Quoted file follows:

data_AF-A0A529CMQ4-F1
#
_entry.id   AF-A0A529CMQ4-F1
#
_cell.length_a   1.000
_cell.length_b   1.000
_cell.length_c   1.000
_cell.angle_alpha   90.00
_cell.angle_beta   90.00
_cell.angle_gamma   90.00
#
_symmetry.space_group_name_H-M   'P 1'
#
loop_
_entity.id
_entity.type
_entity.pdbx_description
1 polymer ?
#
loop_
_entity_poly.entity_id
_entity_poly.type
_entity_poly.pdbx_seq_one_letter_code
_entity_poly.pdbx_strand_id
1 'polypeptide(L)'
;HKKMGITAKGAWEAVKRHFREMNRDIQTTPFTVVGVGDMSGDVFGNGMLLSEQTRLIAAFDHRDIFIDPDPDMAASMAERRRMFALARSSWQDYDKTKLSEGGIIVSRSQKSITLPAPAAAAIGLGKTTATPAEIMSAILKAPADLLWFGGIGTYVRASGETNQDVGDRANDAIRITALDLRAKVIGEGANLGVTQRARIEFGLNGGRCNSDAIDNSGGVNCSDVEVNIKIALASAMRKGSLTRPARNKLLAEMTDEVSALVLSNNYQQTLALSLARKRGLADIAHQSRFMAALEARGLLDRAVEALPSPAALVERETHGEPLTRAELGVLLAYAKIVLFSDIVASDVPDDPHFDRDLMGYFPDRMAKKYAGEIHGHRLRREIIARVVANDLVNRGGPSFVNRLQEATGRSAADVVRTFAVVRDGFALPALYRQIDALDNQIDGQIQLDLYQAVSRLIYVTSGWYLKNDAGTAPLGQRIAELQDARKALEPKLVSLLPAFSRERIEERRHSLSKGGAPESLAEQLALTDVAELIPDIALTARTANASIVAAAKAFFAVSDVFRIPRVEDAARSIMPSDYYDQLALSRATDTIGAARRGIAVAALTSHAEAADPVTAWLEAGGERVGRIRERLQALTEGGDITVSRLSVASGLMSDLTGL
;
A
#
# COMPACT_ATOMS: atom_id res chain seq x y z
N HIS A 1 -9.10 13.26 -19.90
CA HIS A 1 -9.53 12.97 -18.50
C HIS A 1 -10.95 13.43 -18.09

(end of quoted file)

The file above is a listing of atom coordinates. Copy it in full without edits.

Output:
data_AF-A0A529CMQ4-F1
#
_entry.id   AF-A0A529CMQ4-F1
#
_cell.length_a   1.000
_cell.length_b   1.000
_cell.length_c   1.000
_cell.angle_alpha   90.00
_cell.angle_beta   90.00
_cell.angle_gamma   90.00
#
_symmetry.space_group_name_H-M   'P 1'
#
loop_
_entity.id
_entity.type
_entity.pdbx_description
1 polymer ?
#
loop_
_entity_poly.entity_id
_entity_poly.type
_entity_poly.pdbx_seq_one_letter_code
_entity_poly.pdbx_strand_id
1 'polypeptide(L)'
;HKKMGITAKGAWEAVKRHFREMNRDIQTTPFTVVGVGDMSGDVFGNGMLLSEQTRLIAAFDHRDIFIDPDPDMAASMAERRRMFALARSSWQDYDKTKLSEGGIIVSRSQKSITLPAPAAAAIGLGKTTATPAEIMSAILKAPADLLWFGGIGTYVRASGETNQDVGDRANDAIRITALDLRAKVIGEGANLGVTQRARIEFGLNGGRCNSDAIDNSGGVNCSDVEVNIKIALASAMRKGSLTRPARNKLLAEMTDEVSALVLSNNYQQTLALSLARKRGLADIAHQSRFMAALEARGLLDRAVEALPSPAALVERETHGEPLTRAELGVLLAYAKIVLFSDIVASDVPDDPHFDRDLMGYFPDRMAKKYAGEIHGHRLRREIIARVVANDLVNRGGPSFVNRLQEATGRSAADVVRTFAVVRDGFALPALYRQIDALDNQIDGQIQLDLYQAVSRLIYVTSGWYLKNDAGTAPLGQRIAELQDARKALEPKLVSLLPAFSRERIEERRHSLSKGGAPESLAEQLALTDVAELIPDIALTARTANASIVAAAKAFFAVSDVFRIPRVEDAARSIMPSDYYDQLALSRATDTIGAARRGIAVAALTSHAEAADPVTAWLEAGGERVGRIRERLQALTEGGDITVSRLSVASGLMSDLTGL
;
A
#
# COMPACT_ATOMS: atom_id res chain seq x y z
N HIS A 1 -9.10 13.26 -19.90
CA HIS A 1 -9.53 12.97 -18.50
C HIS A 1 -10.95 13.43 -18.09